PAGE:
How am I feeling?

You know what, I feel pretty good. I have put in some really solid training and banked some really decent long runs (at least three 20 mile + runs). The pace has been much slower than usual and i’ve practiced my race strategy lots (walk the hills and run the rest). I’ve not put any pressure on myself to hit a certain pace. I’ve just focused on getting those long runs banked and run as many easy miles as I can. I had three peak weeks where I hit 45-50 miles (which you can check out on my Strava) and I believe that has set me up well for the feeling of running on tired legs.

I am not nervous about my ability to do the first 32 miles on day 1, but I am really quite frightened about waking up on day 2 and doing it all again. I was in SO much pain after the London Marathon. I couldn’t walk for days. I remember travelling up to Sheffield to meet Jessica Ennis Hill the day after and not being able to step off the train from the pain. I had to get assistance from a member of staff!

I’ve come a long way in my training since then and I’ve been taking my recovery more seriously. I have been having half water and half electrolytes on my long runs and eaten something straight afterwards. I alway wear compression gear during my run and sleep in my Skins compression tights after a tough one. Since doing these things, I haven’t yet woken up with achey legs the day after a run (touch wood). If I try to remember to follow these things during the race, I stand a good chance at tackling day 2 without any major problems.  I’ll also be getting a sports massage as soon as I finish day 1 so hopefully that will help *fingers crossed*.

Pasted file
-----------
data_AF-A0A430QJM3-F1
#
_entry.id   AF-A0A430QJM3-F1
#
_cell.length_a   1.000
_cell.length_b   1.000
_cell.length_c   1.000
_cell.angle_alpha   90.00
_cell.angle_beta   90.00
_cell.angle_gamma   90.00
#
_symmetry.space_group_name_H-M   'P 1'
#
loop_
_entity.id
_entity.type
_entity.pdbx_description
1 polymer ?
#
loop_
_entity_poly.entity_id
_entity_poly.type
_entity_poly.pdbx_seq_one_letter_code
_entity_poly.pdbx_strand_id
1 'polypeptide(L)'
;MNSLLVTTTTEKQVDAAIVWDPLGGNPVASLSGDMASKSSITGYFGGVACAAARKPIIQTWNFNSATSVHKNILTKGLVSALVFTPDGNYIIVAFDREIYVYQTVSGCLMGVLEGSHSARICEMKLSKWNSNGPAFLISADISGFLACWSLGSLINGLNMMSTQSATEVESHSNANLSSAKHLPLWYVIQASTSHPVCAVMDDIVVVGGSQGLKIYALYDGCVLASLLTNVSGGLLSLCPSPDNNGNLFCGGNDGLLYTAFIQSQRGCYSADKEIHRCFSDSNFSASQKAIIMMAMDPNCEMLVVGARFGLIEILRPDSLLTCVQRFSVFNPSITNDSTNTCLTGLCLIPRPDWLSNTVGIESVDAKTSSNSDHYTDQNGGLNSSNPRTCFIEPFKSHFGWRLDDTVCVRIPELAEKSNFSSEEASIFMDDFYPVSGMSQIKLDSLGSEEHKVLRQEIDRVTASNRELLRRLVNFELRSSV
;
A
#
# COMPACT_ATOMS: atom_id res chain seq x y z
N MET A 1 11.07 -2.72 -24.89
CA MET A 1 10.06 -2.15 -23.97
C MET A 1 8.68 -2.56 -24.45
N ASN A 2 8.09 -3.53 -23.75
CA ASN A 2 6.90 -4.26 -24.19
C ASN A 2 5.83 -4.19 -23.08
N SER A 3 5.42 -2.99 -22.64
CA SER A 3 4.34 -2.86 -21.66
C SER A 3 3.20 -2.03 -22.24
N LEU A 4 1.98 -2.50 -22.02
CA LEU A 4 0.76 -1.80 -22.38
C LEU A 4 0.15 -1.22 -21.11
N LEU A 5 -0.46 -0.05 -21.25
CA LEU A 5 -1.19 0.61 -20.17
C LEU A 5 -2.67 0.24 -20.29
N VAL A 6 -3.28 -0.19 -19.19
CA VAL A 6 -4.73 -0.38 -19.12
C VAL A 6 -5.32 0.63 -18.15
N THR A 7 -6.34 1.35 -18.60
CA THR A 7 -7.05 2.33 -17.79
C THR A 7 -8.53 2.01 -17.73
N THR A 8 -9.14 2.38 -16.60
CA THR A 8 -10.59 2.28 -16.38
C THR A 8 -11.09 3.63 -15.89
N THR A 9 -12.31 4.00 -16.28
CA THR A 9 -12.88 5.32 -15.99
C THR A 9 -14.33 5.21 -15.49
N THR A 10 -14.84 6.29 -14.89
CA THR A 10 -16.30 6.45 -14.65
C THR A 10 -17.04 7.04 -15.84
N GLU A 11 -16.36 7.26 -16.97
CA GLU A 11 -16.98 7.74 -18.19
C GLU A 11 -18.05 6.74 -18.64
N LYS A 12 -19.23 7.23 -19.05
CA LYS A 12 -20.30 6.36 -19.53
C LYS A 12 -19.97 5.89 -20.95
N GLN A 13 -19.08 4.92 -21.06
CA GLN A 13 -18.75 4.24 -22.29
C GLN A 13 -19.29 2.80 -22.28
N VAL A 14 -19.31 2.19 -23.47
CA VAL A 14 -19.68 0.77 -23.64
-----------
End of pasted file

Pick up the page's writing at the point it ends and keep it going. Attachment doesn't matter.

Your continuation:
What will I wear?

Day 1 – weather dependant I’ll start with an Adidas strap top, Nike shorts, ZeroPoint calf sleeves (one yellow, one orange). If I need to change top, I’ll pop this Swansea half marathon finishers top on. Of course i’ll be wearing my trademark sweatband. I’m going to plump for my Adidas Sequence Supernova road shoes because they’re really wide, really supportive and quite grippy. I don’t think we’ll need trail shoes as it’s been so dry and I’ve read that most of the run is on proper tracks and roads.

Day 2 – Karrimor t-shirt, Ron Hill shorts, ZeroPoint calf sleeves (one blue, one purple), obligatory sweat band. I might wear the same shoes, but if they’re wet or they’ve been flattened too much i’ll change into my Adidas Ultra Boost. For both days i’ll be taping my back. I get terrible sports bra chaffage (sorry!) across my back so i’ll be taping it up to the nines and hoping for the best.

Final countdown…

So, look. It’s getting late and I need to head to bed. I’ve got a 4:30am start and I want to get a good nights sleep. You can catch any updates on my Instagram account and I will do a full blog post when i’m done. See you on the other side, hopefully as an official ultra marathoner!